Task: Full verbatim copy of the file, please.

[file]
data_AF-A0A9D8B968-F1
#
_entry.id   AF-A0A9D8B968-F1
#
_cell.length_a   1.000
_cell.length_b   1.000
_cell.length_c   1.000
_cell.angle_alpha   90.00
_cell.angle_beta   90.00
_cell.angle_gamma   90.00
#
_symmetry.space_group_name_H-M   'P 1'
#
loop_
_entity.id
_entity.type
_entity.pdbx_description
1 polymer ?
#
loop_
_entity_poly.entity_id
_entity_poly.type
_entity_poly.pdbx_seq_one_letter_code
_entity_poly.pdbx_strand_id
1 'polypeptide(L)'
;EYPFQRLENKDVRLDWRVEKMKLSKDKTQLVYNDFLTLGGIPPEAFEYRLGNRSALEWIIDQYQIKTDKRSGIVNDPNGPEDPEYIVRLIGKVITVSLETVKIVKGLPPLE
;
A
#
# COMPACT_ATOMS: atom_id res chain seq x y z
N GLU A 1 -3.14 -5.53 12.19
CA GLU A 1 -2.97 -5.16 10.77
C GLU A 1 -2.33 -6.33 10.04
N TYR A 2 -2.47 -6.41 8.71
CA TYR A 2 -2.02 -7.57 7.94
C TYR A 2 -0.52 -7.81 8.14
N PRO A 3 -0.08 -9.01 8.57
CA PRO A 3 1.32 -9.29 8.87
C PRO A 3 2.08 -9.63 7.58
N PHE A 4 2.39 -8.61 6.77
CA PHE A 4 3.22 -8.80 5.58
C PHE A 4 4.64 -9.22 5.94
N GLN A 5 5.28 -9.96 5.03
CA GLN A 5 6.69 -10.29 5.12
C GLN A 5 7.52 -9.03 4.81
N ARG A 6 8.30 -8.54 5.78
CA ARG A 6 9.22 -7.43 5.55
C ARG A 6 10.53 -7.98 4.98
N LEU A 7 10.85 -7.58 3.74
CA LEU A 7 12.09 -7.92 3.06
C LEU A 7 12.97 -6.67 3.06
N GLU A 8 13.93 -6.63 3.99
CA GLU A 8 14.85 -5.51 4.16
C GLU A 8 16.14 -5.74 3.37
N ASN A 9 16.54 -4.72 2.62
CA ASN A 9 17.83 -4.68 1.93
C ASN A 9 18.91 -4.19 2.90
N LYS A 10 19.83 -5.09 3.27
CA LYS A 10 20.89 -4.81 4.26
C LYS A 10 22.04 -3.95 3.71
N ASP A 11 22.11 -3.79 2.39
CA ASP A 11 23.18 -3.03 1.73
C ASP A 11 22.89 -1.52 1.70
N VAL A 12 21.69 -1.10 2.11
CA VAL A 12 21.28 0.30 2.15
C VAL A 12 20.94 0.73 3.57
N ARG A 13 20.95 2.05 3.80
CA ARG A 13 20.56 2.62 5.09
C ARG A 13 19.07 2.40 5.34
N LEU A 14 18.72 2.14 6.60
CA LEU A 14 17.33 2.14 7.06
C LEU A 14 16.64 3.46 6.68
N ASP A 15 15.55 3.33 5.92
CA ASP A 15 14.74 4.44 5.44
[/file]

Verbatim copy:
data_AF-A0A9D8B968-F1
#
_entry.id   AF-A0A9D8B968-F1
#
_cell.length_a   1.000
_cell.length_b   1.000
_cell.length_c   1.000
_cell.angle_alpha   90.00
_cell.angle_beta   90.00
_cell.angle_gamma   90.00
#
_symmetry.space_group_name_H-M   'P 1'
#
loop_
_entity.id
_entity.type
_entity.pdbx_description
1 polymer ?
#
loop_
_entity_poly.entity_id
_entity_poly.type
_entity_poly.pdbx_seq_one_letter_code
_entity_poly.pdbx_strand_id
1 'polypeptide(L)'
;EYPFQRLENKDVRLDWRVEKMKLSKDKTQLVYNDFLTLGGIPPEAFEYRLGNRSALEWIIDQYQIKTDKRSGIVNDPNGPEDPEYIVRLIGKVITVSLETVKIVKGLPPLE
;
A
#
# COMPACT_ATOMS: atom_id res chain seq x y z
N GLU A 1 -3.14 -5.53 12.19
CA GLU A 1 -2.97 -5.16 10.77
C GLU A 1 -2.33 -6.33 10.04
N TYR A 2 -2.47 -6.41 8.71
CA TYR A 2 -2.02 -7.57 7.94
C TYR A 2 -0.52 -7.81 8.14
N PRO A 3 -0.08 -9.01 8.57
CA PRO A 3 1.32 -9.29 8.87
C PRO A 3 2.08 -9.63 7.58
N PHE A 4 2.39 -8.61 6.77
CA PHE A 4 3.22 -8.80 5.58
C PHE A 4 4.64 -9.22 5.94
N GLN A 5 5.28 -9.96 5.03
CA GLN A 5 6.69 -10.29 5.12
C GLN A 5 7.52 -9.03 4.81
N ARG A 6 8.30 -8.54 5.78
CA ARG A 6 9.22 -7.43 5.55
C ARG A 6 10.53 -7.98 4.98
N LEU A 7 10.85 -7.58 3.74
CA LEU A 7 12.09 -7.92 3.06
C LEU A 7 12.97 -6.67 3.06
N GLU A 8 13.93 -6.63 3.99
CA GLU A 8 14.85 -5.51 4.16
C GLU A 8 16.14 -5.74 3.37
N ASN A 9 16.54 -4.72 2.62
CA ASN A 9 17.83 -4.68 1.93
C ASN A 9 18.91 -4.19 2.90
N LYS A 10 19.83 -5.09 3.27
CA LYS A 10 20.89 -4.81 4.26
C LYS A 10 22.04 -3.95 3.71
N ASP A 11 22.11 -3.79 2.39
CA ASP A 11 23.18 -3.03 1.73
C ASP A 11 22.89 -1.52 1.70
N VAL A 12 21.69 -1.10 2.11
CA VAL A 12 21.28 0.30 2.15
C VAL A 12 20.94 0.73 3.57
N ARG A 13 20.95 2.05 3.80
CA ARG A 13 20.56 2.62 5.09
C ARG A 13 19.07 2.40 5.34
N LEU A 14 18.72 2.14 6.60
CA LEU A 14 17.33 2.14 7.06
C LEU A 14 16.64 3.46 6.68
N ASP A 15 15.55 3.33 5.92
CA ASP A 15 14.74 4.44 5.44